Absent Idiot

I left the house this morning to go to my regular contact session with students learning English at the local Technical College. A group of volunteers are at the disposition of the teachers to encourage the students to practice their english and it is a lot of fun. I have learned from the students how to cook beans properly, Costa Rican style…which is the best pizza takeaway in town…how you gain admission to public universities…what is reggaeton– dance music……a real breath of fresh air. The students are well behaved, responsive and really nice young people. They do me good. I hope they benefit from it as much as do I.

We have discussed all manner of things….why a true Scot wears nothing under the kilt, who are the kings of rock, the war in the Ukraine….and have worked on the skills they will need to find success in their future careers, not just language competence, but networking and continuing professional education.

So, on a high, I returned home.

One look and I would have done well to turn on my heel….the kitchen was in chaos. Higher Authority was directing operations, every surface was covered and the cleaner was brandishing cleaning cloths and dusters.

He had found all the kitchen gadgets which I had tucked away…out of sight and hopefully out of mind. Their discovery while I was out qualified me for the apocryphal Russian translation of said phrase…absent idiot.

Higher authority has a weakness for gadgets…..but he isn’t the one using them.

Some are useful….the one I use for steaming pan haggis, for example. Apart from steaming it claims to cook and fry as well, but I already have provision for these activities so apart from haggis and Christmas pudding production it remains in its lair.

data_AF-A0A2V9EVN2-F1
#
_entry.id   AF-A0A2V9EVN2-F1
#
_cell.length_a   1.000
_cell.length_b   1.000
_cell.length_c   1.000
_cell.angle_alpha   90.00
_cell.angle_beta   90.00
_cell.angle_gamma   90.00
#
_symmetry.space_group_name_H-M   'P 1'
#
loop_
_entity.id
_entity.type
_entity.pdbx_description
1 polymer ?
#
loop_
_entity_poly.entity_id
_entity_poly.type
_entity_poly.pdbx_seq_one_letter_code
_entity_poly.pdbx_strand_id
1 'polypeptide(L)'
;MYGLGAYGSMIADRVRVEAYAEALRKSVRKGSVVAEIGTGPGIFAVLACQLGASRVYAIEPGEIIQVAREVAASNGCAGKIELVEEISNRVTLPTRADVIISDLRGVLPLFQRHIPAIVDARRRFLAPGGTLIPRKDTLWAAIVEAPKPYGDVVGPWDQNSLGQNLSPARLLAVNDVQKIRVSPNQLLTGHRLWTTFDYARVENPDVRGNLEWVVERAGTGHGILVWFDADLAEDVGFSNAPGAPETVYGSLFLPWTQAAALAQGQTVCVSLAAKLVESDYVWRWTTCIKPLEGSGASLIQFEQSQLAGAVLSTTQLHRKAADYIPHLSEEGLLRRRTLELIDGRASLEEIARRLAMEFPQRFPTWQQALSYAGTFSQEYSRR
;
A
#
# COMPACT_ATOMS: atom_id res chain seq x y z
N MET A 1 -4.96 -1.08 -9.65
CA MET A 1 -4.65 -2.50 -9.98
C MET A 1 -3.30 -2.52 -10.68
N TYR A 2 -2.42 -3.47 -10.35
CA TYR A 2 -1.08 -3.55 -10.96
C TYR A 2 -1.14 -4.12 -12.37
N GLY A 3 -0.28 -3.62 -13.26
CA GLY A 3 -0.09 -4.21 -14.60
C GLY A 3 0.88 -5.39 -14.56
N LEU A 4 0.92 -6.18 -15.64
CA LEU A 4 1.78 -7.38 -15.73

A sandwich toaster has long been abandoned to a dark corner. Such is its shape that it requires supermarket sliced bread which is as vile here as in Europe and, what’s more, the major supplier of which rejoices in the name of Bimbo. Bimbo is also the sponsor of one of the major football clubs in the country whose supporters buy and wear copies of the team’s kit, thus the sight of gentlemen of all ages, shapes and sizes strolling about in tee shirts emblazoned with the name of the firm in bold letters across their chests. It gives an anglophone pause for thought in these days of transgenderism…

The blender had been brought blinking into the light. Not only do I not make ‘smoothies’ but the cup is a real beast to clean, the designer having given it internal ribs, so it rarely emerges from obscurity.

Not too much of a problem so far….the gadgets were being dusted and replaced…but too soon to breathe easily.

He had discovered the electric saucepan. To be fair, he had bought it thinking it a slow cooker, but having a sufficiency of normal saucepans I had put it aside.